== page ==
Grazing the Net
Greg Henderson and Friends
Our editors spend some time roaming the web looking for stuff cattle people and others in agriculture might find useful or entertaining.
Weather Market, Texas water War and More
Feb 25, 2013
There are a lot of feedyard cattle under the blizzard blowing across the South Plains this morning, and it is a serious storm—12 inches before sunup in Amarillo, and still blowing and falling. As Bloomberg (and the futures traders) note it will be enough to impact the market.
It’s been a while since we had a weather market, and they are at best a mixed blessing, especially for those directly under the weather. It’s not just the day or two of snow and blow, it’s the mud that follows. (And, in this case, at least one packing plant has had to close because their folks couldn’t get to work.) On the other hand, the yards have been getting a little behind in their marketing, and a few days of no-gain might help that situation.
Texas water war
This piece is about rice and it’s about one river, but it is emblematic of a problem affecting lots of the country.
It takes lots of feed to grow cattle and it takes lots of water to grow feed. This (current?) drought has focused a lot of attention on water use, and much of that attention has focused on agriculture.
Beef has lots of challenges—and challengers. We’ve paid too little attention to this one.
The nightmare of offering tasty food
The New York Times may keep its editorial and news departments separate, but the news side seems to find a suspicious numbers of the editors’ causes to be newsworthy.
They spent a lot of space this weekend on the nation’s (or their) "obsession" with fast food. One long, well-written and researched Sunday magazine article provided an in depth look at the marketing behind successful fast foods. I find little fault with those who find so much fault with marketers. I might argue that those who design and sell foods do less damage than those who design and sell political candidates, but who among us will argue that we shouldn’t all eat healthier?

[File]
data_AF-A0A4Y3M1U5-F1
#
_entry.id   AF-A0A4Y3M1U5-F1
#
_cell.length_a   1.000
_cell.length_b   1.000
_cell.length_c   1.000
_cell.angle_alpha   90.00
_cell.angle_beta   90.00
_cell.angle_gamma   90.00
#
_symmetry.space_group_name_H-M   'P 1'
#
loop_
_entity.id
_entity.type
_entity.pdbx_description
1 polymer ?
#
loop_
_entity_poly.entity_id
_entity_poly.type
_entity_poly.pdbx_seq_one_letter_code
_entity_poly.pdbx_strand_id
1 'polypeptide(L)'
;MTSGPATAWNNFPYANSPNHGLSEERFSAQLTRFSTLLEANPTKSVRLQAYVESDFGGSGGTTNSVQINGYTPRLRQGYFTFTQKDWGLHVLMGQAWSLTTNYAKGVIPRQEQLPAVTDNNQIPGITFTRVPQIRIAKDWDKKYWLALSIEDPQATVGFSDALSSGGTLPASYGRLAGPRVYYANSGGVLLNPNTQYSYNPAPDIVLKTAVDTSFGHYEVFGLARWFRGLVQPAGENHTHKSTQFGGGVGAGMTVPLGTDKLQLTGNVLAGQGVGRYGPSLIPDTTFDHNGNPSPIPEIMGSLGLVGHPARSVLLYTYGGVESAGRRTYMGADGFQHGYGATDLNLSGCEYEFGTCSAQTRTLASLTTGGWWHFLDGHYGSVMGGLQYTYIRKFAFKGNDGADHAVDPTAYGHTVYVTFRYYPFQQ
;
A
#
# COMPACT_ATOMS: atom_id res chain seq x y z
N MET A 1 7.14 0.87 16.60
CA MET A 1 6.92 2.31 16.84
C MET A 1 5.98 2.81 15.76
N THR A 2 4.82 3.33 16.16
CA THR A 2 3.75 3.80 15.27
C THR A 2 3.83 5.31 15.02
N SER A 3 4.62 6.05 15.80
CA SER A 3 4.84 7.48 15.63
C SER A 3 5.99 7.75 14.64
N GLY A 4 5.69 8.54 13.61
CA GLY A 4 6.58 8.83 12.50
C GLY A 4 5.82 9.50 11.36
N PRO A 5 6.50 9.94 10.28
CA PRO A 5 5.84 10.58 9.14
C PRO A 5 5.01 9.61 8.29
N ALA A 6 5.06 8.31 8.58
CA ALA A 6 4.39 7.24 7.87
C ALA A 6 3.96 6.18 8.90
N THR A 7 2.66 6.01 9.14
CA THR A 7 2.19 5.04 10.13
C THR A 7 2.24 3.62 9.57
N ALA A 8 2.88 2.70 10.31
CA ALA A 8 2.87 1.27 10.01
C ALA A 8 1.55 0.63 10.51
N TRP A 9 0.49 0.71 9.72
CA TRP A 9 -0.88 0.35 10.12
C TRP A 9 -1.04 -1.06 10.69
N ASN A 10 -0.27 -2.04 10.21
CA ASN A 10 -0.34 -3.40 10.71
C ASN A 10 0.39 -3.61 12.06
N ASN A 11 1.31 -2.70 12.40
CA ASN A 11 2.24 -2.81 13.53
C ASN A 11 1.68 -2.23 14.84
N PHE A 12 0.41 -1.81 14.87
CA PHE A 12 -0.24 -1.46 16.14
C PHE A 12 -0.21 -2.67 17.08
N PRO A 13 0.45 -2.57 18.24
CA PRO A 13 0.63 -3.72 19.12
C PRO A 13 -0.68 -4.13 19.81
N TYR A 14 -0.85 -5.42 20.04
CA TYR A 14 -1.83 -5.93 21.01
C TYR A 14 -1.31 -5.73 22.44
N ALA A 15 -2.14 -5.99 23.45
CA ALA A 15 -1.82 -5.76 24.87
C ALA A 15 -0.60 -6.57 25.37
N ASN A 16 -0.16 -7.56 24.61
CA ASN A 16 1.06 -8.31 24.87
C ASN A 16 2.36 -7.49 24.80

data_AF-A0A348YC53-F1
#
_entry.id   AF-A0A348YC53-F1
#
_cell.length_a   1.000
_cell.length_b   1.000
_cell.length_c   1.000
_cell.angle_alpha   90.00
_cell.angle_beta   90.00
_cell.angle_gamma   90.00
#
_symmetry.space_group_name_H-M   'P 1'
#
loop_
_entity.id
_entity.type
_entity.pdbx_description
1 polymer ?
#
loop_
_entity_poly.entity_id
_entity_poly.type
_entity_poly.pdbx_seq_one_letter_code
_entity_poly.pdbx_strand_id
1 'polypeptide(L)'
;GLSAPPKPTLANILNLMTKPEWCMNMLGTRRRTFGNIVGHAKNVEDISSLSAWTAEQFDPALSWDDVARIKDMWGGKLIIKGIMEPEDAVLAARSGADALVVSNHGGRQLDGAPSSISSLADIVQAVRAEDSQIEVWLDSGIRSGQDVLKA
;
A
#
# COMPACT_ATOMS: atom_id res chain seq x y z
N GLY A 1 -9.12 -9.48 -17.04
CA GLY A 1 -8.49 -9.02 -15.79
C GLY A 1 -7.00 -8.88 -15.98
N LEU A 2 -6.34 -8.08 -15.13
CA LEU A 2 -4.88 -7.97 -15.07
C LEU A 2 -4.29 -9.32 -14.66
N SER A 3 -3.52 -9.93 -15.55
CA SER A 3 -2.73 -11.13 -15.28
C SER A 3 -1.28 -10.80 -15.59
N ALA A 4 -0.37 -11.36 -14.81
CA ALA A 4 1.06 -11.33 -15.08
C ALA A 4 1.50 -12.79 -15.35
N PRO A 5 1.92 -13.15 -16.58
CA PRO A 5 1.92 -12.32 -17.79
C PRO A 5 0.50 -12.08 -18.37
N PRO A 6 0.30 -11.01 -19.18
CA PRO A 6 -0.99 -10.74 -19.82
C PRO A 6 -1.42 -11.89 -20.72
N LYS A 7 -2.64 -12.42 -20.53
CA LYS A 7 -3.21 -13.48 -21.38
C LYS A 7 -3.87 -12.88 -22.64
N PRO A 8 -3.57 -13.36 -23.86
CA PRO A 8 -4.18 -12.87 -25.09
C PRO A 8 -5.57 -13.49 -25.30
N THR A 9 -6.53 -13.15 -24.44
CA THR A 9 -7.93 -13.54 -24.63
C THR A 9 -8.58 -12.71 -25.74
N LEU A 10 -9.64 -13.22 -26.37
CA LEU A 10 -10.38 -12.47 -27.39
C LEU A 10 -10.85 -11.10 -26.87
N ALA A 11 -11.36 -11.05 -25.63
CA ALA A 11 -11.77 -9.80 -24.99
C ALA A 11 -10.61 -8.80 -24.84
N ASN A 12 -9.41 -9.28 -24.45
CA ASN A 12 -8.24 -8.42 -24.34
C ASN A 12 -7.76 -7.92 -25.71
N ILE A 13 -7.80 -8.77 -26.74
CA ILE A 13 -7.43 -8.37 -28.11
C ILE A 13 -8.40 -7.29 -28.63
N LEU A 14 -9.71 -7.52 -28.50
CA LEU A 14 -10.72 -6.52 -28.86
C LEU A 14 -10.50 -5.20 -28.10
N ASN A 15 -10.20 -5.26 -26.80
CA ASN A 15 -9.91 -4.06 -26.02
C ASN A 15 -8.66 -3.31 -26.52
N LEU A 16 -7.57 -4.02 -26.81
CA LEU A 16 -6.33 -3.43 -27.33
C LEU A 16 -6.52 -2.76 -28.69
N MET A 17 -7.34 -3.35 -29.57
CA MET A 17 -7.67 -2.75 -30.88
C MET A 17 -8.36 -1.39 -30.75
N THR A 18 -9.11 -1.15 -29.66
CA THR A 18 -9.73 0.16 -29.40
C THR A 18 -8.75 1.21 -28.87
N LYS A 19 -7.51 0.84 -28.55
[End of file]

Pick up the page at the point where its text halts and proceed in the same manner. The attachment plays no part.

Of course, with mamas and grandmamas working, that isn’t going to happen. So. I guess what we should do is expect food marketers to find ways to sell stuff that people don’t want. To that end, I took a run by a Whole Foods market in Austin this week. Needed some of the aspirins my doctor has me take daily. At Whole Foods, I couldn’t find normal aspirin, though.
Not that there aren’t rows and rows of sundry abstracts and supplements that I doubt the FDA ever heard of.
I live 300 miles or so from the nearest Whole Foods, so don’t get by there often. But when we’re in the Big Town, I like to do some anthropological work on the natives and we were in Austin this weekend to see Alseep at the Wheel’s "A Ride with Bob" performance, so figured why not pick up some aspirins while I was there. As it turns out that, had I found aspirin there, I probably couldn’t have afforded it.
How people spend their money is of little concern to me, but these folks are the Time’s base. That atmosphere is so, so…self-rightous. And so, so….preachy. I suppose it’s all in the niche marketing thing, but how can these people be so demanding of perfection in matters of labeling and food safety and yet put all sort of Whole Foody miracle potions in their bodies, whether the stuff has been studied or not.
Back to the campaign against fast foods. I’d have more sympathy for the preachiness and best intentions if it wasn’t this very sort of food evangelists whose "one size fits all" dietary guidelines got us into this obesity epidemic to begin with.
The joys of calving season
Here’s a neat little piece about calving from blogger Amy Kirk.
Brazil and Russia get simpatico
"Brazilian officials said Medvedev's visit advanced talks to eliminate sanitary hurdles that are slowing Brazil's meat sales to Russia, its largest buyer. Other agriculture issues also conditioned by sanitary hurdles refer to the purchase of Russian wheat by Brazil, a net importer, and the sale of Brazilian soy meal and pork to Russia."
Global warming and me
I long since gave up on this world doing anything about global warming, so my next question is what does it mean to me and mine.
This study indicates we’ll get less snow in most of the U.S. Normally, I’d consider that bad news, but this particular morning, with the wind blowing 30-plus and the snow falling so hard they’ve parked the snow plows in the Panhandle, I’m not so sure.
It’s tough calving weather hereabouts, anyhow. I’m not complaining. We sure need the wet part. I don’t suppose much will stick to the wheat or the region’s overgrazed pastures, but it will sure be good for the fence rows and brush.